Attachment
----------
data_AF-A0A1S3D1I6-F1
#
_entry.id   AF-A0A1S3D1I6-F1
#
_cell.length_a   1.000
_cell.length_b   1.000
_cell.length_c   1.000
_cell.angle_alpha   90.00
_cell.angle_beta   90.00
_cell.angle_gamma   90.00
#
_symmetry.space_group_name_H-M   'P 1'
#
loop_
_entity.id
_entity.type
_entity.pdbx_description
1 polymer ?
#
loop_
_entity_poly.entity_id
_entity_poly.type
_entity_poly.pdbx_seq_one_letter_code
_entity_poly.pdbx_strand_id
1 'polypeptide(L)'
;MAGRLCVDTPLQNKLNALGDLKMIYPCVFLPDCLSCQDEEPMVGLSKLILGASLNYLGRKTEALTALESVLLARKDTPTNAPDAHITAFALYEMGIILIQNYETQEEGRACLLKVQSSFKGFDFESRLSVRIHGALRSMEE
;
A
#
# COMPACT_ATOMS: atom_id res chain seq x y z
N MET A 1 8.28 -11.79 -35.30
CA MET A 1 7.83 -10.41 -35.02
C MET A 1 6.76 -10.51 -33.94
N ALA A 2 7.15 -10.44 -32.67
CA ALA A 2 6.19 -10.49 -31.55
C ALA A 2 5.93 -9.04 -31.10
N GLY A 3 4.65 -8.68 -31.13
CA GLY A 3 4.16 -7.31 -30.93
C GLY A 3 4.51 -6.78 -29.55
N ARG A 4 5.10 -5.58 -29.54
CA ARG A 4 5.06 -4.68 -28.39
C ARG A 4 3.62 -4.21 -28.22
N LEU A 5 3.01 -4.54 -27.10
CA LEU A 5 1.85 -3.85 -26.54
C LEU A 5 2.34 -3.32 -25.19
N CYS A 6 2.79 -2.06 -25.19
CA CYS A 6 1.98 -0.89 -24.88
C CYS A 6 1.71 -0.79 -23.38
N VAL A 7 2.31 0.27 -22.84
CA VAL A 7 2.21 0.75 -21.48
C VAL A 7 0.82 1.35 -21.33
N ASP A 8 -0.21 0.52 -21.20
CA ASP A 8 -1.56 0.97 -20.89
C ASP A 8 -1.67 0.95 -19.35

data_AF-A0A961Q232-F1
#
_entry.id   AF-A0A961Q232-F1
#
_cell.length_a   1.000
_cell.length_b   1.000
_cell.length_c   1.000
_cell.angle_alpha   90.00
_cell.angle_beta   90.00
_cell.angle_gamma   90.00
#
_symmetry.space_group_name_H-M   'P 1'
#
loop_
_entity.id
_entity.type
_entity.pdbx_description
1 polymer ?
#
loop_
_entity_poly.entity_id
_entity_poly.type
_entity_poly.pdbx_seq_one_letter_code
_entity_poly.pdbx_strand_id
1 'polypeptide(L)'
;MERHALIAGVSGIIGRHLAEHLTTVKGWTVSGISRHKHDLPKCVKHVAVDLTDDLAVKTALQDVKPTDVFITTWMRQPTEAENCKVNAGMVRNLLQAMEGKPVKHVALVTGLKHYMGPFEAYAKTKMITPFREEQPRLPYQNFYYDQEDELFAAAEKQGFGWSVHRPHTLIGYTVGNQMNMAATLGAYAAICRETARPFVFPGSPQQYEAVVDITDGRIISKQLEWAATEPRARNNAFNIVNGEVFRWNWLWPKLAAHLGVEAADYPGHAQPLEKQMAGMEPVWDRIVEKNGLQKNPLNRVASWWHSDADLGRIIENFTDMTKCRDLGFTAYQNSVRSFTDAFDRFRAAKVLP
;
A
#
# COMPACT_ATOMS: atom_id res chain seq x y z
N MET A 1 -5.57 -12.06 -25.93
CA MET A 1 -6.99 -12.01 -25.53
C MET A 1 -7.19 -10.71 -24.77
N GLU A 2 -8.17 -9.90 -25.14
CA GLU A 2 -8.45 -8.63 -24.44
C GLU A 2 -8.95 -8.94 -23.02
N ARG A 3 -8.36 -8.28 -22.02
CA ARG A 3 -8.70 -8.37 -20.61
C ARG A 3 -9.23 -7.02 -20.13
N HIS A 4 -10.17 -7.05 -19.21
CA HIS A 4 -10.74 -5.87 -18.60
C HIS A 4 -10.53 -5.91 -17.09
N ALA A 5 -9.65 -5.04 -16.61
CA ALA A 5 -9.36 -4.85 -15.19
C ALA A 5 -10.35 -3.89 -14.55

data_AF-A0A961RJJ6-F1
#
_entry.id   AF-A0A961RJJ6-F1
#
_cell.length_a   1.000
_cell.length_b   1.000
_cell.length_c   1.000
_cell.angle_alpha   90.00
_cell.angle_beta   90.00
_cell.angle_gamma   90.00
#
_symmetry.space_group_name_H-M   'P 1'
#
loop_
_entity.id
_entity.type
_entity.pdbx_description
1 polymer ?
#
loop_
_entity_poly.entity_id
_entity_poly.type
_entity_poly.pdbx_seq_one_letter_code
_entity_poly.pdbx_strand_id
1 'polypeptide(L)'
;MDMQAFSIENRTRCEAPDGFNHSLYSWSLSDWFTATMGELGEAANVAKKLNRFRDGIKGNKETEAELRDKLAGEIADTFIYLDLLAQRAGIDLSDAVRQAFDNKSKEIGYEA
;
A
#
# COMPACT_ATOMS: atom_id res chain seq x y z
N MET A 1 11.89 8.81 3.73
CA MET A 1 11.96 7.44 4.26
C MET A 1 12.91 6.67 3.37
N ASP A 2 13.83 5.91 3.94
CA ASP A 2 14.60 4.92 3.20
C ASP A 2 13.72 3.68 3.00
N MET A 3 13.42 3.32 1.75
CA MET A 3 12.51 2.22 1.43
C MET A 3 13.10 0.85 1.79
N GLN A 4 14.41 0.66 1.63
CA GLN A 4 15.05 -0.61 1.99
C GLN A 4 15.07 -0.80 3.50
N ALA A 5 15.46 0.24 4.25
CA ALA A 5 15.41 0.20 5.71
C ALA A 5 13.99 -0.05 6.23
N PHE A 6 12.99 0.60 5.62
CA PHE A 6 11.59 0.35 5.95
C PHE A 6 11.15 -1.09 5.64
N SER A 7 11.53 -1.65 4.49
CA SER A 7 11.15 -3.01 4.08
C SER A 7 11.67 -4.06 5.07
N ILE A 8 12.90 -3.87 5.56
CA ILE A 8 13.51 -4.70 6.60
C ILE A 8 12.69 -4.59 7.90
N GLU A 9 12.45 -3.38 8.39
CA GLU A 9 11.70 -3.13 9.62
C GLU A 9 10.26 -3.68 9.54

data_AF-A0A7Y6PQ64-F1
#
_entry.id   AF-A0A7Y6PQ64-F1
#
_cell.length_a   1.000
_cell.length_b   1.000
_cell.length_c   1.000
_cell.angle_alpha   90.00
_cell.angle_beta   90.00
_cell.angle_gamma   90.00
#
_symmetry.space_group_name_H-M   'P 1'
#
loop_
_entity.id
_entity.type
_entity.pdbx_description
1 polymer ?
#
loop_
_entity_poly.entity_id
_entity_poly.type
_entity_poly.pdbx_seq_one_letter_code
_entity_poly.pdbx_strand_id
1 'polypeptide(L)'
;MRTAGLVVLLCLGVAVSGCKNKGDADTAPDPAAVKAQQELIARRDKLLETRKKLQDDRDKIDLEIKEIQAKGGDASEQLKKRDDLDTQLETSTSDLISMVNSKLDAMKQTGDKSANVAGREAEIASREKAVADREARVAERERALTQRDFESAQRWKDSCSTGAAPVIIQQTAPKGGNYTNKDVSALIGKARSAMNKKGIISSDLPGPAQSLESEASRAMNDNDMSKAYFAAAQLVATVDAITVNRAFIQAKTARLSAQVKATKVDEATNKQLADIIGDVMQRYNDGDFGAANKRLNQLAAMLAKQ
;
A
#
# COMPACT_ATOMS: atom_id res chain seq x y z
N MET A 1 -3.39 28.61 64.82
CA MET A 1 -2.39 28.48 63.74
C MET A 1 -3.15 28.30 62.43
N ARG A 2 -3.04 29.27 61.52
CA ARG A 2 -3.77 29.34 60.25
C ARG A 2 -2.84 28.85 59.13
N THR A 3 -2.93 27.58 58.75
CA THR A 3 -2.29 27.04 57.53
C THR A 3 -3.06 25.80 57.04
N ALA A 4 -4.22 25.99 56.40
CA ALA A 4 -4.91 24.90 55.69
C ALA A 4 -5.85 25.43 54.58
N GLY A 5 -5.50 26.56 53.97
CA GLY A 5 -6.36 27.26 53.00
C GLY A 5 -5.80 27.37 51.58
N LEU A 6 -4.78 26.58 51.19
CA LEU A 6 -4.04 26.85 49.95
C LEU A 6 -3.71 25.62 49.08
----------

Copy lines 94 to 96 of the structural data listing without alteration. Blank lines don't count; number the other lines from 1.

N HIS A 4 -10.17 -7.05 -19.21
CA HIS A 4 -10.74 -5.87 -18.60
C HIS A 4 -10.53 -5.91 -17.09